I got over it. I added ‘I am a problem solver’ to my role as a business owner and leadership. And it changed my business for the better…and increased my enjoyment of life and family.
But I didn’t stop there. I continued exploring and seeking out how other successful business folks handled being a problem solver. Here are five things I discovered.
#1: Leadership is Problem Solving
Here’s a quote from General Colin Powell as told by biographer Dr. Oren Harai. “The day soldiers stop bringing you their problems is the day you have stopped leading them. They have either lost confidence that you can help them or concluded that you do not care. Either case is a failure of leadership.”
What General Powell is reminding us is that people will come for us to solve their problems and we should embrace it. The ability to solve problems is a vital skill in today’s world, and frankly, not enough people have this skill. That is one reason why the work for us.
#2: When People Come to You with Problems, It’s a Good Thing
This is a carryover from General Powell’s quote. Most of us running our own business and families have the ability to analyze the path forward and navigate the new solutions and ways. Unfortunately, many people don’t, especially children. This is one area where we contribute and add value to our family and community.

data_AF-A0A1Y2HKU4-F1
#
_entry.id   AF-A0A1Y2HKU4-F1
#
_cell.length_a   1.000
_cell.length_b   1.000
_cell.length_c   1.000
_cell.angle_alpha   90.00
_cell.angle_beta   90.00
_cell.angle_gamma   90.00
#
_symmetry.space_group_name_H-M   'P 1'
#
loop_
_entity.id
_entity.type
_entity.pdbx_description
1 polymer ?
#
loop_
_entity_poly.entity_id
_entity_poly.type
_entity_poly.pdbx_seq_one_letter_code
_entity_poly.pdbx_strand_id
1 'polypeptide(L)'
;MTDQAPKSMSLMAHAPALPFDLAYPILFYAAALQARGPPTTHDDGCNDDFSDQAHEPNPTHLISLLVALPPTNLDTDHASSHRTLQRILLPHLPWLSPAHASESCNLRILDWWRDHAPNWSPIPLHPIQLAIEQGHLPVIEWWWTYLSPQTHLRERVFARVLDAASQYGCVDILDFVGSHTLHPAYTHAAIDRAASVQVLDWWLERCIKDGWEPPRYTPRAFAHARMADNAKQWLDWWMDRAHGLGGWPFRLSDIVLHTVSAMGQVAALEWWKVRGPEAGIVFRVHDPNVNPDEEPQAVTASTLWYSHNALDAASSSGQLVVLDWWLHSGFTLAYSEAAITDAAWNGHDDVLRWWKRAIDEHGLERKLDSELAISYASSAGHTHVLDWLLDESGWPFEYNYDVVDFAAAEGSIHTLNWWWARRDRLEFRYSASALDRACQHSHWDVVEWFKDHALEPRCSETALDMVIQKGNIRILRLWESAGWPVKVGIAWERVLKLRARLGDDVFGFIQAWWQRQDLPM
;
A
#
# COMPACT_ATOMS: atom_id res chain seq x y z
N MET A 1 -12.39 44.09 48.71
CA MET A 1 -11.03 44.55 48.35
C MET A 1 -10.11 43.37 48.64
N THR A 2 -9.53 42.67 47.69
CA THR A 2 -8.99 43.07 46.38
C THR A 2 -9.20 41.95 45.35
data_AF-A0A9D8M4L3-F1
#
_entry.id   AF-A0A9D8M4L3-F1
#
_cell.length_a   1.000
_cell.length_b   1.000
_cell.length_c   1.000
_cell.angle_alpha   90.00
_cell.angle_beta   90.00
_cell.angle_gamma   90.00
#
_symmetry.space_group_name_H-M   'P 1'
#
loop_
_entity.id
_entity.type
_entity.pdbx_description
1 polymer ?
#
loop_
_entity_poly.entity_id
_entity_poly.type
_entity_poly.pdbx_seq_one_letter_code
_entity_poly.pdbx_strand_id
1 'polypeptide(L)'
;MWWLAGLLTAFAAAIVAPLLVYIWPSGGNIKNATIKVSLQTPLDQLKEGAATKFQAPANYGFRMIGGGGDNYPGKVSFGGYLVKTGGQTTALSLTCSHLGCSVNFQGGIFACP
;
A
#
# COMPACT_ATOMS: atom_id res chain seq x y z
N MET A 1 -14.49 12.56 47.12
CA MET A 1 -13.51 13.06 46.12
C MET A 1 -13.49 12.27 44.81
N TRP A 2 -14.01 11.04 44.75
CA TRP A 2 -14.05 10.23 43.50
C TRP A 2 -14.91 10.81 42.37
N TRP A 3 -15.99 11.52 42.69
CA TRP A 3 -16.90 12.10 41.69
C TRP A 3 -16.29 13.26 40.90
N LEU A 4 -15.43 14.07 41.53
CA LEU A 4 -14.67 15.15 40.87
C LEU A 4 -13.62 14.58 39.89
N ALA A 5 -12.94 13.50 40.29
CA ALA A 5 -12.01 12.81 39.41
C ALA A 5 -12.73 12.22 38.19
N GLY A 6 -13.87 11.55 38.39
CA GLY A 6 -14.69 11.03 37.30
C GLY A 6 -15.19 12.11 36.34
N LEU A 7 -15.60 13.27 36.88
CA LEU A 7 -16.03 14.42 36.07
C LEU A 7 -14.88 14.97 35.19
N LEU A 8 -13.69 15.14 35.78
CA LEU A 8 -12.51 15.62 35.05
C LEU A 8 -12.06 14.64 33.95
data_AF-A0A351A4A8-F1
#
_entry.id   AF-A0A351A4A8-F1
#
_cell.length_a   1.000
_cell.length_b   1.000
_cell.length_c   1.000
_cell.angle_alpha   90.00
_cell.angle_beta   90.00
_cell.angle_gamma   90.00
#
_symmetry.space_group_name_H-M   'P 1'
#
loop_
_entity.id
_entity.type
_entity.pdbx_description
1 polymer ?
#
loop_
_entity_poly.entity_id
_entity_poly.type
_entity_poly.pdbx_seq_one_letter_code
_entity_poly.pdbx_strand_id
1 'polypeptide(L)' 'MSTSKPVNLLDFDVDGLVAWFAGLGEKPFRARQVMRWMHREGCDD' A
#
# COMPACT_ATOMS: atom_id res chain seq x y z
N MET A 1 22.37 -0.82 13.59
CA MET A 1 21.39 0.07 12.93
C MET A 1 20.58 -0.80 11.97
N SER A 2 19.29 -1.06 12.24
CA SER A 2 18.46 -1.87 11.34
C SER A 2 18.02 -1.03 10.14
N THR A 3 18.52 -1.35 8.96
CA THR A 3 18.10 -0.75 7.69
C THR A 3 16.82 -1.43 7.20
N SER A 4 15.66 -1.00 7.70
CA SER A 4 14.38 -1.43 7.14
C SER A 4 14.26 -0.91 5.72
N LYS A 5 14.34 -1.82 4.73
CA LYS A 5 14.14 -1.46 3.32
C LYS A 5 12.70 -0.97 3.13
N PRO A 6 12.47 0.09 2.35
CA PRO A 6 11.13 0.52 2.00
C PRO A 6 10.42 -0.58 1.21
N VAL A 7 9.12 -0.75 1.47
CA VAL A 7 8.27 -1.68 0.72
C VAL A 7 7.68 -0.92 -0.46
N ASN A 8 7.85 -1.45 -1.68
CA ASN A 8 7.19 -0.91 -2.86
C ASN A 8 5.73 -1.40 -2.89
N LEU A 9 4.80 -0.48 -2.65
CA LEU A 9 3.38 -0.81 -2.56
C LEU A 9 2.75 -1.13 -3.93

Often unscheduled things interrupt our day and our goals. It’s okay to deal with it. Be flexible and definitely keep proper boundaries. Be self-aware of your personality propensities and react in an appropriate way. For example, if you’re task driven, like me, try not to bark at people. Maintain a good attitude, or at least tolerate it, when people seek your help with their problems. This is good for business and family relationships.
#3 You Can’t Solve Every Problem
Now when I say embrace problem solving for others, I don’t mean go out and solve every single problem that people bring to us – that’s just not going work for anyone. There are some things that others just have to do for themselves. For example, if a bookkeeper asks me for help on entering expenses into the computer, I say ‘figure it out yourself – it’s your job’. Trying to fixing that class of problem doesn’t help anyone in the long run. Of course, if the computer is a hand-me down from the 1990’s running Windows 95, then the issue is not entering numbers in bookkeeping software, but about you fixing employee performance issues with better equipment.
Sometimes unreasonable expectations are placed upon you. In business, if you’re asked to solve structurally entrenched issues or do all three of the faster-cheaper-better iron triangle. In most cases you can only do two out of the three, I suggest being upfront and clearly saying this is unreasonable to the demanders. Often the following discussion allows for better approaches and expectations. If you can not work it out, get out. Don’t set yourself up for failure even if there’s a short-term financial hit. It’s just not worth it in the long run.